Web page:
Image of the metal tape covered in watercolor
duct tape in shades of blues and berry colors.
Then I coated the band in duct tape. The metal edges were sharp on the ends, where I´d cut them, but the smoother edge of the tape measure itself would wear against fabric if it weren´t covered. I had some very compatible watercolor duct tape, so that´s what I used.
Image of the duct tape covered metal tape
resting on the outside of the stitched hat brim.
My brim is lined with the same ripstop, with a thin batt providing structure. I assembled it first, so that I could put the band in place before finishing the hat itself.
Image of a blue hat with an extended brim,
shown from the back. There is a colorful webbing
belt with a small buckle on the crown, and a maker´s
fabric label at the hem.
It looks as if Ritza just folds the brim edge up over the band, but instead, I edge-stitched the brim before attaching it to the crown, and slipped the band along the edge, inside. Then I stitched above the band to hold it in place.
Image of the inside of the crown of a blue hat. The crown
is lined with athletic mesh printed in an angled pattern of
turquoise and black on white. A lime chin strap can be seen
on either side.
Once the brim issues were settled, I made the crown. A really thin ripstop like this one is a bit of a pain to work with, but, thanks to Green Pepper´s excellent drafting, it all worked out. I lined the crown with an athletic knit — the seller told me it was a Nike off-cut — because the solid black mesh made the crown too dark next to the brim, which is interfaced with white bat, and much more opaque. I should have used a white or beige mesh, but I was sticking to my mandate: clear out that stash!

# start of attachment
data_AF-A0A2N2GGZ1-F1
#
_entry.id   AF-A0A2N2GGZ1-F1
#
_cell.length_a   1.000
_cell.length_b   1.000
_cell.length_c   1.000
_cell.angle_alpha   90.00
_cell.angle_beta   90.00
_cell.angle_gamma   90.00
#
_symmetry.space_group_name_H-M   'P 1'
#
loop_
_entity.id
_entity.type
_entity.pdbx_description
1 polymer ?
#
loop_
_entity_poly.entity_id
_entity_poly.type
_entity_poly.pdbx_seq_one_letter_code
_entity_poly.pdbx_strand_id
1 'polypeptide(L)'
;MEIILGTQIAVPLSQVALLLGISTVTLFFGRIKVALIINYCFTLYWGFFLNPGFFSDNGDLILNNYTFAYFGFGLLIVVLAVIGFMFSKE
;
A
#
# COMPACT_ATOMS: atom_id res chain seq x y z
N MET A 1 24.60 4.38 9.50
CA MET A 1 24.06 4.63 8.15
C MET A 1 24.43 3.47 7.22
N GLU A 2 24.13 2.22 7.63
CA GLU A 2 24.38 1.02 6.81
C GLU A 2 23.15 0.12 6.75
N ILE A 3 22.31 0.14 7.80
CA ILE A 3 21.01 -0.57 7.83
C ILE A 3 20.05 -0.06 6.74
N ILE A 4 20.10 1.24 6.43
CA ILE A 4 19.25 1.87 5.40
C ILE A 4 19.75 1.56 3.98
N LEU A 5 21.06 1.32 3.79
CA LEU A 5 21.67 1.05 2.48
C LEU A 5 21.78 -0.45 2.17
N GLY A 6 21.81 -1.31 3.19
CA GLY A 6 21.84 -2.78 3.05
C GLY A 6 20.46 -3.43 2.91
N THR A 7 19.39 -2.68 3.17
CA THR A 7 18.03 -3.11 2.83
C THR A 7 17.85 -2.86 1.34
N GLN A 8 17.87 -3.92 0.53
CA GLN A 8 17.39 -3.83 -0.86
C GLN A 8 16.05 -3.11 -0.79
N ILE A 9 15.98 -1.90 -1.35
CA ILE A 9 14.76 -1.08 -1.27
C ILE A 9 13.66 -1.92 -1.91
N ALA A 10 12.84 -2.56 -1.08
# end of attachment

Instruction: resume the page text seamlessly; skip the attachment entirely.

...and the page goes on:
Close up image of a colorful strap and a small
black buckle fitted to the crown of a blue hat.
I reversed the slots for the webbing in the back: Green Pepper has you use elastic, and keeps it inside the hat, but I don´t like internal adjustments, and, as I did for the previous hat, I made the openings in the back of the external crown instead.
Image of a dog collar with a brass D-ring, a black buckle, and a
vibrant woven band with turquoise dot pattern outlined in lime
green and navy blue, and a thin violet border.
The webbing is from a dog collar — so much more interesting than black! (I highly recommend checking out various pet departments for cheery webbing.) I removed the buckle, and used a simpler slider (also from stash) instead, since a buckle was too bulky for my hat.
Hidden elastic is attached to the webbing, which makes for a comfortable way to adjust the size. The lime cord was also from stash, as was the matching toggle, from ancient MP3 cords I picked up in a bargain bin years ago.
Like the Ritza, my brim can be rolled and folded around to make a bonnet that is somehow at once classic and futuristic. I like to think it´s what Jane Austen would wear if she donned nylon ripstop.
Image of the previously discussed broad-brimmed
blue hat, with the large back brim rolled up and
wrapped around at the neck to form a bonnet without
a back brim.
My hat, naturally, isn´t a perfect copy of the Ritza. The brim is made differently, I used batting for shaping, the Ritza has grommets in the crown, and the Ritza also has snap fasteners, which probably make the Ritza easy to wear around a wrist (a neat feature!). But it´s very much in the spirit, and I loved making a project of Ritza´s inspiration.
If you´re more inclined to buy a Ritza, the link to home page L´Hood is here.